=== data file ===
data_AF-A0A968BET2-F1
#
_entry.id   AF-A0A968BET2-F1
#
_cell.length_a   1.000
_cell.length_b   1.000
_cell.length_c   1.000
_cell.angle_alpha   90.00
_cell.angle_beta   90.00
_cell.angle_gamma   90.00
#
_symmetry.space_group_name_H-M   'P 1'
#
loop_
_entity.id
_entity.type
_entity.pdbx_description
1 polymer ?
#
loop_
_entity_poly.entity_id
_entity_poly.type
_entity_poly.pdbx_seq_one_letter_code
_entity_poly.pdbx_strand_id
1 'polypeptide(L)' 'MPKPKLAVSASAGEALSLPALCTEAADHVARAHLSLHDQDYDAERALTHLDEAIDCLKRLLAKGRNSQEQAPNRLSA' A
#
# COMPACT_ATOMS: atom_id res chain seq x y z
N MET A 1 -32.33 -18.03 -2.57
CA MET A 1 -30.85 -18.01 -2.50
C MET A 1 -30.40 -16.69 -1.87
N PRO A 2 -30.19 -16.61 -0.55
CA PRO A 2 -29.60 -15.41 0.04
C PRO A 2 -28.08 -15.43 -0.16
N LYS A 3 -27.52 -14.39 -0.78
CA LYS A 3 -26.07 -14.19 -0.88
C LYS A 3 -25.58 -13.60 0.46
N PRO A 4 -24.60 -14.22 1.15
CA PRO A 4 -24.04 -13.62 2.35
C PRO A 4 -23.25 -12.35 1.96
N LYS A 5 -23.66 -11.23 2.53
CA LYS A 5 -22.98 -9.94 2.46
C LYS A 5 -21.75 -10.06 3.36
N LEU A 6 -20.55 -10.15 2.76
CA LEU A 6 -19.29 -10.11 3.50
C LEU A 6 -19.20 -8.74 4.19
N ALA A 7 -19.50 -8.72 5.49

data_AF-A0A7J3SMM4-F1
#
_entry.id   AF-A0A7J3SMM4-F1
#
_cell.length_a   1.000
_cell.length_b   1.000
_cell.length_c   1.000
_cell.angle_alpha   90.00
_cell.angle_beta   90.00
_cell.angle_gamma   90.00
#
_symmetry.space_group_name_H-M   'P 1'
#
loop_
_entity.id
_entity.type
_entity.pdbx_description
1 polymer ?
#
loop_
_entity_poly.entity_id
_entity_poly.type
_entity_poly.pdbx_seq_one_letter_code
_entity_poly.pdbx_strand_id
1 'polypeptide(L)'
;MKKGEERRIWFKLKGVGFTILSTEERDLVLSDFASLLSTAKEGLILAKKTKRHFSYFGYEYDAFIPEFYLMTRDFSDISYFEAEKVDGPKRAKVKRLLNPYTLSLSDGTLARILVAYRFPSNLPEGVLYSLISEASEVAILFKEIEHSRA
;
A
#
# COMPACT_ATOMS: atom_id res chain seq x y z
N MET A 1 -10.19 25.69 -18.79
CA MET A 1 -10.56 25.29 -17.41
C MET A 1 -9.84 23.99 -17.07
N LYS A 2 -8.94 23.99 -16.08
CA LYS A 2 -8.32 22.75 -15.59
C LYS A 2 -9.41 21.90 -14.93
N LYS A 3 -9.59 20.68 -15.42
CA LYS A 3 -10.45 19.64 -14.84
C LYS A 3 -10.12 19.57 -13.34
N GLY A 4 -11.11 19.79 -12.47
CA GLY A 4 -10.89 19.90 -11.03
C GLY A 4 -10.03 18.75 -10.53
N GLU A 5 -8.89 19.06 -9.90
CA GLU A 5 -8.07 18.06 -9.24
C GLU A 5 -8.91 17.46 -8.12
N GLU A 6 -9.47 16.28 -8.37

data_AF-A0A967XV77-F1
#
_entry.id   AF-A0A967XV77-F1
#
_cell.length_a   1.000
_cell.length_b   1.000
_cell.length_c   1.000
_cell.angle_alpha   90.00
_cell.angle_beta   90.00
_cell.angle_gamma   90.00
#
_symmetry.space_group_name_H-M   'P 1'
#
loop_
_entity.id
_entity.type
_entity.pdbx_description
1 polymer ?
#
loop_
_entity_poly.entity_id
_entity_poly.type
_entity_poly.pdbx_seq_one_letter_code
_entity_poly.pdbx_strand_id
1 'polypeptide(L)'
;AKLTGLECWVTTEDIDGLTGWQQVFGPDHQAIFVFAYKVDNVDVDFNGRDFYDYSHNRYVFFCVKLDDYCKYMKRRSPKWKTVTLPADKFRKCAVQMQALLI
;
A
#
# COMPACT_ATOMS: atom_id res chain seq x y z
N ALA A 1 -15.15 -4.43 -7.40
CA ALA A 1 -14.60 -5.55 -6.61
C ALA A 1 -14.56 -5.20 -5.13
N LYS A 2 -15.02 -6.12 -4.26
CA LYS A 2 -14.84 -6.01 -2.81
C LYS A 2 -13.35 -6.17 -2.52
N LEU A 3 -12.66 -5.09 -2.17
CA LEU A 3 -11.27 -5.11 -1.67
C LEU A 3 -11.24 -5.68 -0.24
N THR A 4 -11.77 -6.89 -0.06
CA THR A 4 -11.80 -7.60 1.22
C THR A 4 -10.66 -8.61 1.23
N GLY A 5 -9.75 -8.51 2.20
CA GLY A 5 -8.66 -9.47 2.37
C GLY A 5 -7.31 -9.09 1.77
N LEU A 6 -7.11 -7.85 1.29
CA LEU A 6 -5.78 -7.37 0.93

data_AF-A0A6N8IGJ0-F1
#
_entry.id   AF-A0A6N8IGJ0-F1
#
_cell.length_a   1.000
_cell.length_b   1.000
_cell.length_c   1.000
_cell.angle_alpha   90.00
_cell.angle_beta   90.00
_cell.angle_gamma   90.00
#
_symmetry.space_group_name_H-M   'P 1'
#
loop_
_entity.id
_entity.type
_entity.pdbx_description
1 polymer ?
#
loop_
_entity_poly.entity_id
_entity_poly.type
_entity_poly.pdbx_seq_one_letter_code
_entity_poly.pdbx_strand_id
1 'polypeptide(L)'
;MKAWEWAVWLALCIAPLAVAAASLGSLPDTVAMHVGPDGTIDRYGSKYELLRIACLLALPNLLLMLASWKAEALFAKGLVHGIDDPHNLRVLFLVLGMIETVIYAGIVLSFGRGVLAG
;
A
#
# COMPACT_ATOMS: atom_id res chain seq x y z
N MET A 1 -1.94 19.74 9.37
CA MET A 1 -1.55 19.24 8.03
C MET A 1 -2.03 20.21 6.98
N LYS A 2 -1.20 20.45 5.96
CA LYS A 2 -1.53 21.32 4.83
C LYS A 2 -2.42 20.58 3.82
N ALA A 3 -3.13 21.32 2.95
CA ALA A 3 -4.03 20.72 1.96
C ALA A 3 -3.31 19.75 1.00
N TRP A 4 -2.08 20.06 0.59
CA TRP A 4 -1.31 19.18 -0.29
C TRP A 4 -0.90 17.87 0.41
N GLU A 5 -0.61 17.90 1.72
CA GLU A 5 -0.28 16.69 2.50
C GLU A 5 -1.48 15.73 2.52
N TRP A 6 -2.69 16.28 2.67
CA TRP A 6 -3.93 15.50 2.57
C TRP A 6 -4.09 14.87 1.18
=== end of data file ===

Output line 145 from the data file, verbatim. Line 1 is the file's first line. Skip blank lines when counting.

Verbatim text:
_cell.length_b   1.000